In the heady days of JFK and Camelot, young Ivy Leaguers on the Washington social circuit regaled themselves with a snide one-liner: “Whatever happened to Lyndon Johnson?” The answer of course was that LBJ, whose life ambition was to win the office once held by his hero FDR, now occupied instead the mostly ornamental vice-presidency. A once larger-than-life figure, who had mastered the Senate when John F. Kennedy was just an upstart rendering undistinguished service there, had become the butt of cocktail-party humor. That did not sit well with a man driven by the need for power and recognition. By turns sulky and resentful, effusive and sycophantic, Johnson could not accept the fact that, as he once bitterly put it, “my future is behind me.”

Robert Caro, a superb storyteller with a stunningly acute political sense, lays bare the shrewd stroke of genius behind Kennedy’s surprise choice of Johnson as his running mate in 1960. Other, more likely seeming candidates lacked LBJ’s key asset: a Southern pedigree and a political network that could battle old-boy opposition to the presidential ambitions of a northeastern liberal. It wasn’t going to be easy. Texas had gone solidly Republican in 1952 and 1956, and many white Texans fumed about Johnson’s alliance with the “socialist” Kennedy, a man they suspected would assault the beloved institution of segregation. Enter an array of old hands at manipulating electoral outcomes—in particular, a political boss named George Parr, the Duke of Duval County, who in 1948 had produced the “lost” ballot box that cleared Johnson’s rise to the Senate. Did something similar happen in 1960? When Kennedy managed to squeak by in Texas by 2 percent, amid GOP allegations of tens of thousands of fraudulent votes, the state Democratic Party head, Edward A. Clark, flashed a knowing smile and commented, “Our old friends stood by us.”

In office, Johnson set out to accomplish what many others before him had failed to do—remake the vice presidency into a position of consequence. He quickly became frustrated in his plan to secure vice-presidential authority over foreign affairs, and his endless scheming to gain admittance to the president’s inner circle proved fruitless. Soon he was wallowing in self-pity. With silken tactfulness, Kennedy ordered staffers, who privately called the vice president “Uncle Cornpone,” to treat Johnson with respect, and in Cabinet meetings took care to make a show of soliciting his deputy’s advice. But Johnson only furthered his alienation with sad-faced responses, frequently insisting that he had nothing worthwhile to add. When he urged a hawkish response during the 1962 Cuban missile crisis, even as Kennedy was working to orchestrate a tranquil denouement, the gap between them widened. According to the presidential secretary’s records, the two men spent nearly eleven hours in private conference in 1961; in 1963, they spent less than two hours alone.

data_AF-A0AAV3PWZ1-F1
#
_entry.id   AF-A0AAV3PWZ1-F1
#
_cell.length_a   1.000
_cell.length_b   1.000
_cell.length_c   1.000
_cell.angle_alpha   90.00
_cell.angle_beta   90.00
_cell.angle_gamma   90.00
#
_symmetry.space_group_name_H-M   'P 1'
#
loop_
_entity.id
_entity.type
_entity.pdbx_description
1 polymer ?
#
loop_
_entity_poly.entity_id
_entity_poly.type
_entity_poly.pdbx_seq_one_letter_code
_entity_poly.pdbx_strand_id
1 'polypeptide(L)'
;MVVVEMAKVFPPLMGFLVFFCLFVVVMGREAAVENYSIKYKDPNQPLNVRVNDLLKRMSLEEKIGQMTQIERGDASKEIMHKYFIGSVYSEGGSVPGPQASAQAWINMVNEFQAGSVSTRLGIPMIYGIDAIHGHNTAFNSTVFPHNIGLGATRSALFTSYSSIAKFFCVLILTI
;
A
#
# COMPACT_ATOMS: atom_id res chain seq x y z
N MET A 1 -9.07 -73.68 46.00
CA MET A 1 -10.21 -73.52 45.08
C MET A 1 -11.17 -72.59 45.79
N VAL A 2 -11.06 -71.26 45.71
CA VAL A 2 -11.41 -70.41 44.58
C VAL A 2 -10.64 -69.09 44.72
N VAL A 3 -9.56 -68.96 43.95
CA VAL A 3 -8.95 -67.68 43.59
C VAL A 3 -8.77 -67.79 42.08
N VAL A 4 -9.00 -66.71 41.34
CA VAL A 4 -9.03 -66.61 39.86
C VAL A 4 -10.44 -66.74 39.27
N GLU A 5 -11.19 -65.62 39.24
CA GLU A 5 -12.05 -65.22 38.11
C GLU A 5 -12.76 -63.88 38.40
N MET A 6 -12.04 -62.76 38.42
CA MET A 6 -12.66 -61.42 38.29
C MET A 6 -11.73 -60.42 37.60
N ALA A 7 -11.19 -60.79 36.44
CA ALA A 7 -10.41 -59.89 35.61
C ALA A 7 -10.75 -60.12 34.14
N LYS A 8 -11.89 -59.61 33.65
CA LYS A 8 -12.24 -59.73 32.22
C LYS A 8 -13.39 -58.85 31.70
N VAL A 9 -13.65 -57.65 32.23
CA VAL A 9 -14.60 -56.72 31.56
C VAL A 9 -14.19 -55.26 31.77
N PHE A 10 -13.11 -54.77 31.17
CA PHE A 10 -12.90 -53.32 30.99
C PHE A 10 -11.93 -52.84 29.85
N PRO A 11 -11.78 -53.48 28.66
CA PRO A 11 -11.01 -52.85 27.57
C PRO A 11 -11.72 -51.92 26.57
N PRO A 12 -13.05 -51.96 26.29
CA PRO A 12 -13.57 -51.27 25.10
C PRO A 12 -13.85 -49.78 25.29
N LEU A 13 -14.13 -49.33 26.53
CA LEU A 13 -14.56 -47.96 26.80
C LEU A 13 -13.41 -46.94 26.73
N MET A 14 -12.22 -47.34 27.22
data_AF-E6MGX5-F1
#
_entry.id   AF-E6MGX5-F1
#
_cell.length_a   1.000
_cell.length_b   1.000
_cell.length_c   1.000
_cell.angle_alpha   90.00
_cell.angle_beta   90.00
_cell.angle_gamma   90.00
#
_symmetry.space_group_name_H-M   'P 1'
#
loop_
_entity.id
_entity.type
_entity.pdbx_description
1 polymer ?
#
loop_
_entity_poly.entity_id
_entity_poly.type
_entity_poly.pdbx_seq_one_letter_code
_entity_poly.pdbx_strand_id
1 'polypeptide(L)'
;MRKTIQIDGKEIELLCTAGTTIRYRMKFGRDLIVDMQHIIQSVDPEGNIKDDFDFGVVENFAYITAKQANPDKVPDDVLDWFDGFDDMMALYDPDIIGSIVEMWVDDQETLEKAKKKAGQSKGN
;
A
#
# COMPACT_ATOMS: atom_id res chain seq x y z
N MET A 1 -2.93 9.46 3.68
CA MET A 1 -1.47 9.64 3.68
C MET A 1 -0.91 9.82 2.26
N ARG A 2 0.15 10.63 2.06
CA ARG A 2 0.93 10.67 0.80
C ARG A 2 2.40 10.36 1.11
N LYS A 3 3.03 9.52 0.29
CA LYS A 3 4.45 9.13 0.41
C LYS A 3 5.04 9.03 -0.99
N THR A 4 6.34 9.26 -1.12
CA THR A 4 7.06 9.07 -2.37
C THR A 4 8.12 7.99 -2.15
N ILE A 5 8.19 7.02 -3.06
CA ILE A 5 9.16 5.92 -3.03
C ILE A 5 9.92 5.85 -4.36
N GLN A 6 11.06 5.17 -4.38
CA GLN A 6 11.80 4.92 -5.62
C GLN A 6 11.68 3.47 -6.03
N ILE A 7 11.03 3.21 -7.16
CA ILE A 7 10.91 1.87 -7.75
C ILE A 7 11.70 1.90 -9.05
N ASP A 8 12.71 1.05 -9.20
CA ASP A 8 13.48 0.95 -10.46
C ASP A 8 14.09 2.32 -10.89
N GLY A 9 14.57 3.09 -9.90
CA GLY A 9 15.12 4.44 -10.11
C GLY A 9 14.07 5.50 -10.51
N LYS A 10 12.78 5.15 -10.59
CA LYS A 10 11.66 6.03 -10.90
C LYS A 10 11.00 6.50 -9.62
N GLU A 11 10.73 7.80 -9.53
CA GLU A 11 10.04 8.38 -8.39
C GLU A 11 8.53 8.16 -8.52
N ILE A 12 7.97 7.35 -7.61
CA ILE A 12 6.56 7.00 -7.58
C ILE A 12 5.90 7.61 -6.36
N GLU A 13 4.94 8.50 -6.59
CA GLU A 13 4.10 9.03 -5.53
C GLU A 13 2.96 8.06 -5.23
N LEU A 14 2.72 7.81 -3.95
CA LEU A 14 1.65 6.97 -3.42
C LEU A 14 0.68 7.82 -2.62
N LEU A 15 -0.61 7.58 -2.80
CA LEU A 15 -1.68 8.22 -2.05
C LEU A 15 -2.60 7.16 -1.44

As in his three previous installments on Johnson’s life, Robert Caro plays the role of biographer-as-archaeologist, excavating details that demonstrate his subject’s complexity. The LBJ we meet in these pages is a politician almost helplessly torn between fear of public embarrassment and an abiding terror of being left out of the spotlight. Caro’s attention to a forgotten scandal of 1963 shows Johnson’s impulse to cover up in the face of unfavorable news. When reporters revealed that his longtime protégé, Bobby Baker, peddled influence for cash and founded a private sex club for lawmakers and lobbyists, Johnson publicly denied their close friendship—and privately took measures to ensure Baker’s silence about the Johnsons’ questionable family finances.

His mutually hostile relationship with Robert F. Kennedy, the president’s brother and attorney general, also yields significant clues about Johnson’s character. On the one hand, we see the pathos of an encounter during a late night of White House partying, when, like an anxious sophomore, Johnson begs RFK to explain why he hates him. On the other is Johnson’s cold cruelty when, upon JFK’s murder, he calls on the shattered RFK to dictate over the phone the presidential oath Johnson would soon take.

Caro’s forthcoming and final volume, covering the bulk of the Johnson presidency—including the astounding legislative achievements of the Great Society and the ill-fated intervention in Vietnam—promises to highlight his subject’s darker angels. Meanwhile, the last third of the current book focuses on Johnson’s triumph over his baser qualities during the first weeks of his presidency. Critical was his ability to suppress deep bitterness and persuade heartbroken Kennedy aides to assist in the epic push to pass a civil-rights bill through Congress—and to launch a war on poverty that would transform American society.

The Passage of Power teaches that while we can’t expect perfection from our political leaders, the hope for redemption remains. Caro admiringly writes that in Johnson’s early days as president he seized the opportunity “to overcome governmental and political obstacles that had stood in the path of social justice for more than a century.” It was, in Caro’s judgment, Johnson’s “finest moment, a moment not only masterful but, in its way, heroic.”

James P. McCartin teaches at Seton Hall University. He is the author of Prayers of the Faithful: The Shifting Spiritual Life of American Catholics (Harvard University Press).
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Published in the 2013-01-25 issue: View Contents
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